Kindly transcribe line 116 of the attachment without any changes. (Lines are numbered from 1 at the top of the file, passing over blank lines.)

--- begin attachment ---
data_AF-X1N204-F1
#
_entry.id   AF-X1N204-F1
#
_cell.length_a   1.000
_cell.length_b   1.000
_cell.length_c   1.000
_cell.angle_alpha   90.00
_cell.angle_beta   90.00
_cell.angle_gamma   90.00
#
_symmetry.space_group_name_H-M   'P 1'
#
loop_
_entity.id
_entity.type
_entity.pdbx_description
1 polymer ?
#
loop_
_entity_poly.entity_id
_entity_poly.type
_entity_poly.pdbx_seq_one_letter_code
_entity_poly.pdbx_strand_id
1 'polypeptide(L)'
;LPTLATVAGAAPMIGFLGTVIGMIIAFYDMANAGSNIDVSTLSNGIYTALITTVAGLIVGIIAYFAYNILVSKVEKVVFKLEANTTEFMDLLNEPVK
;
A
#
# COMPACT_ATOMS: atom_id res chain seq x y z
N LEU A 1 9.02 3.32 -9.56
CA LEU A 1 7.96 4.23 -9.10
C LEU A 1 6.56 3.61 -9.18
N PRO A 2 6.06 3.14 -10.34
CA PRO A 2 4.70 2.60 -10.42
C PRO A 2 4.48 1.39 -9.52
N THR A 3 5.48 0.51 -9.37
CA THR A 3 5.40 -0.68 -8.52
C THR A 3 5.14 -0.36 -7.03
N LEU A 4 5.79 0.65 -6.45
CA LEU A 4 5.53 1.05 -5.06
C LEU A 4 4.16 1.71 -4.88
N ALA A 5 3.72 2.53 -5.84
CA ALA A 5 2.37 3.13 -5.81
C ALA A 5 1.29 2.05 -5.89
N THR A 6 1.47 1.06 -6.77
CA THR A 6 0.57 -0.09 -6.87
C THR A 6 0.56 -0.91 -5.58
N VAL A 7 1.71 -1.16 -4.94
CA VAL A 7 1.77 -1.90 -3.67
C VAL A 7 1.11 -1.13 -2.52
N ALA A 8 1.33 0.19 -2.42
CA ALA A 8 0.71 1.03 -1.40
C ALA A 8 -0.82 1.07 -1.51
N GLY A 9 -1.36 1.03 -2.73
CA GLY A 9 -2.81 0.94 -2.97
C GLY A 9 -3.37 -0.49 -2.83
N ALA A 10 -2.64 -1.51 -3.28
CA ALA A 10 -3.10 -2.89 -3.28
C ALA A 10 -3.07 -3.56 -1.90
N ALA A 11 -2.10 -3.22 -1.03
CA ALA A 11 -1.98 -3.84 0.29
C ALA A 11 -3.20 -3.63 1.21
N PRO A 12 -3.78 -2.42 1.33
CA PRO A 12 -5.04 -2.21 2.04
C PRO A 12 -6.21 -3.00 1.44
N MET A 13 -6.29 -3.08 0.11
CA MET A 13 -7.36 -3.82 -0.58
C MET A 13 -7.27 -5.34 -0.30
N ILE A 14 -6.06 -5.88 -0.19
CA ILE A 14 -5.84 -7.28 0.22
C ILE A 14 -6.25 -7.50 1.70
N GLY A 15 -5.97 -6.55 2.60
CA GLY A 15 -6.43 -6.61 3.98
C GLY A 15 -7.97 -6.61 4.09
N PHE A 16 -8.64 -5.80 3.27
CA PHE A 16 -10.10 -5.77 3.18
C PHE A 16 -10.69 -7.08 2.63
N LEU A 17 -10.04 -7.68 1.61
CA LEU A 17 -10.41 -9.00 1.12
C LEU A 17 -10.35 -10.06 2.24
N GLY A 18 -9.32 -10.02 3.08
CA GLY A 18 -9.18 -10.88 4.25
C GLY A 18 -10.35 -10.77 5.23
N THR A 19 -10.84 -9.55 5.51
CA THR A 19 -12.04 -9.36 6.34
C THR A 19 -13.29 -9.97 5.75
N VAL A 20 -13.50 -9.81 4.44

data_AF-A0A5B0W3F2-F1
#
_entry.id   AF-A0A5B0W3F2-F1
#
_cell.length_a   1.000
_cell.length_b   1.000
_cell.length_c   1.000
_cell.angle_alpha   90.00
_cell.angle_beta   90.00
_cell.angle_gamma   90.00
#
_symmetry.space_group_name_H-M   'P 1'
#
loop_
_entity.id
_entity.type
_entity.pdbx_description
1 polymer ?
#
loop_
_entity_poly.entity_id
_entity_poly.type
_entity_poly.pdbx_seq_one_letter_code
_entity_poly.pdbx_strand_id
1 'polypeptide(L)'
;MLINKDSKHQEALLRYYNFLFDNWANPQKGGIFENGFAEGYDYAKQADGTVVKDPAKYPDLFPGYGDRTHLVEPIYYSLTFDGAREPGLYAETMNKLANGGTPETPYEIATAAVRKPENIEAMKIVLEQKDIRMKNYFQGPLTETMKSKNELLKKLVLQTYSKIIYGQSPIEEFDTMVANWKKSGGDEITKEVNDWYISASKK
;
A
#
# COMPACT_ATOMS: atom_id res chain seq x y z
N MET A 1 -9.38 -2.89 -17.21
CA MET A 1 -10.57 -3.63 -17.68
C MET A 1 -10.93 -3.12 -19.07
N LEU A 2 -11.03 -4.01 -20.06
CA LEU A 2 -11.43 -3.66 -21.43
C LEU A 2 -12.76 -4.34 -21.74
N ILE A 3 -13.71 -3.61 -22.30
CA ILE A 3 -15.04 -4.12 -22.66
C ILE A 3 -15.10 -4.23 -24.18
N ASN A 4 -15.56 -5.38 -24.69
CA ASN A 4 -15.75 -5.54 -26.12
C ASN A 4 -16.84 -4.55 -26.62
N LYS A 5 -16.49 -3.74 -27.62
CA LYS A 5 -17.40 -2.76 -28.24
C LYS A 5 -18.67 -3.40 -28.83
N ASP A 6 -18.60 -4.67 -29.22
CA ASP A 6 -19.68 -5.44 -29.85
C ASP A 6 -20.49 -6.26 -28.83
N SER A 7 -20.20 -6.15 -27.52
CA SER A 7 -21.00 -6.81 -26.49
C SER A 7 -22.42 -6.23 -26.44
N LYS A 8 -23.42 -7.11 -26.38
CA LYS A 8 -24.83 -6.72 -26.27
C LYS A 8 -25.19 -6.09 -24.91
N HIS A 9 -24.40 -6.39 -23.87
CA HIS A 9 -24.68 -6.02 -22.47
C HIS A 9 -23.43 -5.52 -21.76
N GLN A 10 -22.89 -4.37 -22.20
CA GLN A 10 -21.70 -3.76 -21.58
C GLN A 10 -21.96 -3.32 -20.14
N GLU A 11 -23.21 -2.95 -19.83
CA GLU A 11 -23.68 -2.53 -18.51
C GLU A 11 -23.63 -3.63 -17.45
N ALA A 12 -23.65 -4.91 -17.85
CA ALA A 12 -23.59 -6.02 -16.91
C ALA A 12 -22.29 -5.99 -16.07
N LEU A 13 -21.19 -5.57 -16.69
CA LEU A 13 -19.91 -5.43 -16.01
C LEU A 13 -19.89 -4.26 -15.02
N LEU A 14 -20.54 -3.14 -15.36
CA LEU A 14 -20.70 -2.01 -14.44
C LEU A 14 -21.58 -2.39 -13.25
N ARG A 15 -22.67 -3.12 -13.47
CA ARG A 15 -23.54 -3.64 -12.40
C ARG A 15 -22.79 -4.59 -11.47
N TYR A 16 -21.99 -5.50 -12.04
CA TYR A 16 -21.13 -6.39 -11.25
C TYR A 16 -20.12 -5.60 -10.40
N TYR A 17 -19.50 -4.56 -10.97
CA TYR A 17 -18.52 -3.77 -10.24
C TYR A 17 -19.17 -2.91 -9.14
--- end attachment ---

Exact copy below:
A